29 July 2009

Maker's schedule, manager's schedule

Several of the bløgs I read have pointed to this excellent piece by the typically excellent Paul Graham about the difference between the "manger's schedule" (which almost the whole world runs on) vs. the "maker's schedule". The article is definitely worth a read because the idea is very well expressed, but I'll boil it down to the essentials here so I can riff on it: "Managers" (and most of the world) run on a schedule broken down into hour long blocks, with frequent changes of activity (meeting A, then some emailing, then meeting B, etc). "Makers" (which Graham uses to mean writers and programmers, and to which I'd add practicing scientists — more below) instead want to work in large, half-day chunks with no interruptions. Meetings are the bread and butter of managers, but they are a disaster for makers because they not only use time, but also break the "flow" of creative thinking they require; a single meeting can destroy a whole aftermoon.

How does this fit into my life? Well, I'm basically transitioning from a maker to a manager now that I'm the PI of my own group. Instead of spending most of my days in 3-4 hour chunks of either coding or being deep in analysis, I am finding most of my days interrupted with at least a couple of meetings, which make it almost impossible to actually accomplish any "making". This realization is important, because I don't want to end up being only a manager of other makers. As scientists get promoted they tend to flow from making to managing, but different individuals succeed to different extents at maintaining a balance. Put another way, I want to keep spending a large fraction of my time with an xterm and an emacs buffer open, rather than my email client and a Word document (ugh).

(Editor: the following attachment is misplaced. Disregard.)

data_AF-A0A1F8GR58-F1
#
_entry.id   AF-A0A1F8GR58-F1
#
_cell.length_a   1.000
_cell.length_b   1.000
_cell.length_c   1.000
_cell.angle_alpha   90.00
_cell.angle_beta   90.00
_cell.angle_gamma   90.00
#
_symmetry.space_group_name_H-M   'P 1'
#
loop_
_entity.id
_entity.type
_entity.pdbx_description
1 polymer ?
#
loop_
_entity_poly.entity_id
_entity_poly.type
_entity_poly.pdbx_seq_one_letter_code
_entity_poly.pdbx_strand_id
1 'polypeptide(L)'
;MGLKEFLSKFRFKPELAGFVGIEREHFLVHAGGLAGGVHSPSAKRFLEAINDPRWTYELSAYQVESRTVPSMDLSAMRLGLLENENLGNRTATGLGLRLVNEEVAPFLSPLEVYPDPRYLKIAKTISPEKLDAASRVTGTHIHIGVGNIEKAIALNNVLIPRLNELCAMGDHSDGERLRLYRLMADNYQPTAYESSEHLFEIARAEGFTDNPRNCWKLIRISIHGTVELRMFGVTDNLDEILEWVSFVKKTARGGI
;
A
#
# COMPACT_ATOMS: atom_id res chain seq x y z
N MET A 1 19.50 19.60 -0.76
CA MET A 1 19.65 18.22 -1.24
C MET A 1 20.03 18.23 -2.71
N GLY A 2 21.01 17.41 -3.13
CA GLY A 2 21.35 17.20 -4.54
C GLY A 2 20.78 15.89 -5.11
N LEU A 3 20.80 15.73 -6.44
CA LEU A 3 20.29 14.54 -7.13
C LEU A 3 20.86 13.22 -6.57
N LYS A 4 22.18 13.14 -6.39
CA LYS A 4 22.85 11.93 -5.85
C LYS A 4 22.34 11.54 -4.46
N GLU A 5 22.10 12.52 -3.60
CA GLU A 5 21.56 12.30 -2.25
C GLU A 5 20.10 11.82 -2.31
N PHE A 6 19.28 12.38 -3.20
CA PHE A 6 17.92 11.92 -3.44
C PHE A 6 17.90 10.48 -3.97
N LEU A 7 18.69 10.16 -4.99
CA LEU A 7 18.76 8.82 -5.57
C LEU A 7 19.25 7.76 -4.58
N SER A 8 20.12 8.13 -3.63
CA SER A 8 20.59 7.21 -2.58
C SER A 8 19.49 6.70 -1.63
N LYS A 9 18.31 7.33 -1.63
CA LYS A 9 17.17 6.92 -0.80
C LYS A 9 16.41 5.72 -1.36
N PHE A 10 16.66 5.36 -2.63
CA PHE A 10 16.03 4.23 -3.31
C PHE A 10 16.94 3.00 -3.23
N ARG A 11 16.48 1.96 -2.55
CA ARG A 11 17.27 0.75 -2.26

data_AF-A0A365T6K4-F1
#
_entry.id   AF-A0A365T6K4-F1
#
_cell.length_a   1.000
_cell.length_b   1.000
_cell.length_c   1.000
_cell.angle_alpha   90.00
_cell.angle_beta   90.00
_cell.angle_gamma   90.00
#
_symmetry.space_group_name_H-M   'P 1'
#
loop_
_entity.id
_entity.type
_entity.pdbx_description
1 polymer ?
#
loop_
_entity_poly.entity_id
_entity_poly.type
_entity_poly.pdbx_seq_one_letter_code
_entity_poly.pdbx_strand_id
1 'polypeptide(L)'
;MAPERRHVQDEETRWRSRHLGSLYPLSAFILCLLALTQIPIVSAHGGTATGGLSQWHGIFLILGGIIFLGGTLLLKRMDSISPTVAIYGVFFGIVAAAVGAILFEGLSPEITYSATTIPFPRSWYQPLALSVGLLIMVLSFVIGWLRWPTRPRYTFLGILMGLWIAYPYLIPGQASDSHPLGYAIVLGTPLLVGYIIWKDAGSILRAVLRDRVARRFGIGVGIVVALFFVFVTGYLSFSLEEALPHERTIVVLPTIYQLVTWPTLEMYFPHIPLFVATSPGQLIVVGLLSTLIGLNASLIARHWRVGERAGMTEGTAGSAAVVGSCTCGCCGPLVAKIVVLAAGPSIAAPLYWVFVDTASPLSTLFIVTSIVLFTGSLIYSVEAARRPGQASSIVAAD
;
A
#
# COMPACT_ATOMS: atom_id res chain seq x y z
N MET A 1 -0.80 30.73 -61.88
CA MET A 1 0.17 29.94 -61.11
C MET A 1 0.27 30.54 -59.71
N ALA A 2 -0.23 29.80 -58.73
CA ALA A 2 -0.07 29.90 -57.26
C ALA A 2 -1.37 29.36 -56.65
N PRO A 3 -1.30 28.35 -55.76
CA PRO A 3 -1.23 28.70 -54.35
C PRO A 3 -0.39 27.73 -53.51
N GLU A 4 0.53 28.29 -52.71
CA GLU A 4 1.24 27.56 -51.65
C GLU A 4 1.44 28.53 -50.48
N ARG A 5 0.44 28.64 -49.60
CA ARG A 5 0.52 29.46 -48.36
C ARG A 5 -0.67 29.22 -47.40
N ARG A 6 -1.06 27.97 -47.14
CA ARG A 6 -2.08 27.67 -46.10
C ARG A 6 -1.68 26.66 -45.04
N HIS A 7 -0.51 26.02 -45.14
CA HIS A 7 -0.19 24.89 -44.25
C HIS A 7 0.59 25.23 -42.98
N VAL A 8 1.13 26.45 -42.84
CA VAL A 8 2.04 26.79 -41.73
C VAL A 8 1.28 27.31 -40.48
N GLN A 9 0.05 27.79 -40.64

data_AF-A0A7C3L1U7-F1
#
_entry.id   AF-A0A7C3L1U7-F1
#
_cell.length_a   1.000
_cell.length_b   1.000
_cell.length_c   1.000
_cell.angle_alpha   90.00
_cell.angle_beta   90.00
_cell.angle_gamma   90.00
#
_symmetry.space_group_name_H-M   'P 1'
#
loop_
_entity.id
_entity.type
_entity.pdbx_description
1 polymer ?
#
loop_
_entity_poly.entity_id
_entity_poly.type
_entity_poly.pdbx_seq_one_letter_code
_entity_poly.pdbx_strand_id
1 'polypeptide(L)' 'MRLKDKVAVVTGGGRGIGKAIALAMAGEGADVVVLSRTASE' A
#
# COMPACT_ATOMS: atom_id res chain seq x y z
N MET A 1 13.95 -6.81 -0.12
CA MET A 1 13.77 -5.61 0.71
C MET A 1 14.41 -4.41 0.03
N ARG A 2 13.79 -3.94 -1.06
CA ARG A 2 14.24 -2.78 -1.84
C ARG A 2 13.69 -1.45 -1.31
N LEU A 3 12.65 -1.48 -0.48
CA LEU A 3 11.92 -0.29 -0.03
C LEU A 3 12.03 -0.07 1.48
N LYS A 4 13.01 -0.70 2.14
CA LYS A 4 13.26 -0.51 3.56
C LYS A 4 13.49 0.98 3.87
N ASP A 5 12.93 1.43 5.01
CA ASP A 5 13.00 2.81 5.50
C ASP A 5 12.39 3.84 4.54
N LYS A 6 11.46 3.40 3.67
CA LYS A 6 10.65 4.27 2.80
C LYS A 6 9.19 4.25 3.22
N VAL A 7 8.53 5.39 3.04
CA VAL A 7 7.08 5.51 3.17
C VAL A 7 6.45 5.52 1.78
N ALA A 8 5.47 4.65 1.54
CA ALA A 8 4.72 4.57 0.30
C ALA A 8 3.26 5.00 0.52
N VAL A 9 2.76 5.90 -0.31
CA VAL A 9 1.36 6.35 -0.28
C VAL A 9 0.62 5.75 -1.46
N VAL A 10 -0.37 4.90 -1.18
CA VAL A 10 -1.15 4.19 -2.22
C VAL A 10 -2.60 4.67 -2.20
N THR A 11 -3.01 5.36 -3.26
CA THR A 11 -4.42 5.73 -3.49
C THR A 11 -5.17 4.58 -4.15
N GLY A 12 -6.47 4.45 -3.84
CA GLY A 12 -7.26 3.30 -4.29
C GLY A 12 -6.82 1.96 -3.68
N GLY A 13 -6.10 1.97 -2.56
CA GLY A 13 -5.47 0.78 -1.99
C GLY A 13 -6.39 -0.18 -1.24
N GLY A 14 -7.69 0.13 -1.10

I obviously have to spend a reasonable amount of time meeting with people, so how do I strike the balance I want? What Graham describes from his younger days, and what I've seen a lot of scientists do is basically work two full days every day: 9-5ish as a manager and then 9PM-2AM (or whatever) coding, analyzing data, or whatever. I'm not quite ready to work that much, so what I've resolved to do (we'll see how it goes) is to actually schedule half-day chunks into my calendar for "making" when I won't be free to accept meetings with anyone else. I'll close my door, not answer the phone, and focus on a project in that time.

Wish me luck!


errhode said...

My boss keeps his Thursday afternoons blocked off for just such a reason. He also uses this time to schedule his own impromptu meetings without involving his secretary, but this is a rare occurrence. He also does all of his e-mailing at the end of the day starting at 5 when most everyone else goes home. He says it avoids dealing with the back and forth e-mail threads and keeps him more efficient. It's a good system and it seems to work for him.

Oh... and put me back on your blog roll!

MRhé said...

This is a bit off topic, but there's a great interview with Paul Graham on EconTalk in which he talks about his seed funding company y-combinator, as well as startups in general, hackers & artists, and other interesting stuff. You might enjoy as a fan of Graham's.